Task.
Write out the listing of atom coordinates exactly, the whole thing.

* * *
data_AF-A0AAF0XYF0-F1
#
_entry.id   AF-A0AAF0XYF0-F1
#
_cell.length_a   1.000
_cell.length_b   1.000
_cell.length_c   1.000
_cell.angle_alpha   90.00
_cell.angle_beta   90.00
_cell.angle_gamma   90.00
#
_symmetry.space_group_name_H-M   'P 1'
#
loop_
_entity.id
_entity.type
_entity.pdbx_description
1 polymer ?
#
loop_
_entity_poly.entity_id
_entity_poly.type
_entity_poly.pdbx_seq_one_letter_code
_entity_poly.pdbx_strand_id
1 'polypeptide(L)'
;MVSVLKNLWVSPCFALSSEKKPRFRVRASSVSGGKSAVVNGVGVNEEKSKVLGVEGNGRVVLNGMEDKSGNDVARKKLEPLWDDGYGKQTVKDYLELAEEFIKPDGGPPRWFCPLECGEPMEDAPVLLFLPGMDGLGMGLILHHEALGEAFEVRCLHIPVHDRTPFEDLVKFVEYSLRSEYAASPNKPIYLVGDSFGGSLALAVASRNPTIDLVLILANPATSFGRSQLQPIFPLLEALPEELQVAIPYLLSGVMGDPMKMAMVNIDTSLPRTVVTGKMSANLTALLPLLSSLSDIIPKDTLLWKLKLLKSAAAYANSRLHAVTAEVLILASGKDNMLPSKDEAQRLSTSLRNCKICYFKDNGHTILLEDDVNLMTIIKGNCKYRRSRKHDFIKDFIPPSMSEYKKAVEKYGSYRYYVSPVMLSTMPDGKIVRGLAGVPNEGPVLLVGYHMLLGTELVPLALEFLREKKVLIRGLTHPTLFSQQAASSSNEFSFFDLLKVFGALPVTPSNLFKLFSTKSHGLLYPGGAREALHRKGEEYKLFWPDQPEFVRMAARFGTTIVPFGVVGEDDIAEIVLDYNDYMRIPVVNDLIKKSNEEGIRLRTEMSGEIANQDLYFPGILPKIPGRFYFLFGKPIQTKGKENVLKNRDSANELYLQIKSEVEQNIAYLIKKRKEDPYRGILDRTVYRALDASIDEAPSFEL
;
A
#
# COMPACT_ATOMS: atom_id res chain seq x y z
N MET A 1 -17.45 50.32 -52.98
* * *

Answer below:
data_AF-A0AAF0XYF0-F1
#
_entry.id   AF-A0AAF0XYF0-F1
#
_cell.length_a   1.000
_cell.length_b   1.000
_cell.length_c   1.000
_cell.angle_alpha   90.00
_cell.angle_beta   90.00
_cell.angle_gamma   90.00
#
_symmetry.space_group_name_H-M   'P 1'
#
loop_
_entity.id
_entity.type
_entity.pdbx_description
1 polymer ?
#
loop_
_entity_poly.entity_id
_entity_poly.type
_entity_poly.pdbx_seq_one_letter_code
_entity_poly.pdbx_strand_id
1 'polypeptide(L)'
;MVSVLKNLWVSPCFALSSEKKPRFRVRASSVSGGKSAVVNGVGVNEEKSKVLGVEGNGRVVLNGMEDKSGNDVARKKLEPLWDDGYGKQTVKDYLELAEEFIKPDGGPPRWFCPLECGEPMEDAPVLLFLPGMDGLGMGLILHHEALGEAFEVRCLHIPVHDRTPFEDLVKFVEYSLRSEYAASPNKPIYLVGDSFGGSLALAVASRNPTIDLVLILANPATSFGRSQLQPIFPLLEALPEELQVAIPYLLSGVMGDPMKMAMVNIDTSLPRTVVTGKMSANLTALLPLLSSLSDIIPKDTLLWKLKLLKSAAAYANSRLHAVTAEVLILASGKDNMLPSKDEAQRLSTSLRNCKICYFKDNGHTILLEDDVNLMTIIKGNCKYRRSRKHDFIKDFIPPSMSEYKKAVEKYGSYRYYVSPVMLSTMPDGKIVRGLAGVPNEGPVLLVGYHMLLGTELVPLALEFLREKKVLIRGLTHPTLFSQQAASSSNEFSFFDLLKVFGALPVTPSNLFKLFSTKSHGLLYPGGAREALHRKGEEYKLFWPDQPEFVRMAARFGTTIVPFGVVGEDDIAEIVLDYNDYMRIPVVNDLIKKSNEEGIRLRTEMSGEIANQDLYFPGILPKIPGRFYFLFGKPIQTKGKENVLKNRDSANELYLQIKSEVEQNIAYLIKKRKEDPYRGILDRTVYRALDASIDEAPSFEL
;
A
#
# COMPACT_ATOMS: atom_id res chain seq x y z
N MET A 1 -17.45 50.32 -52.98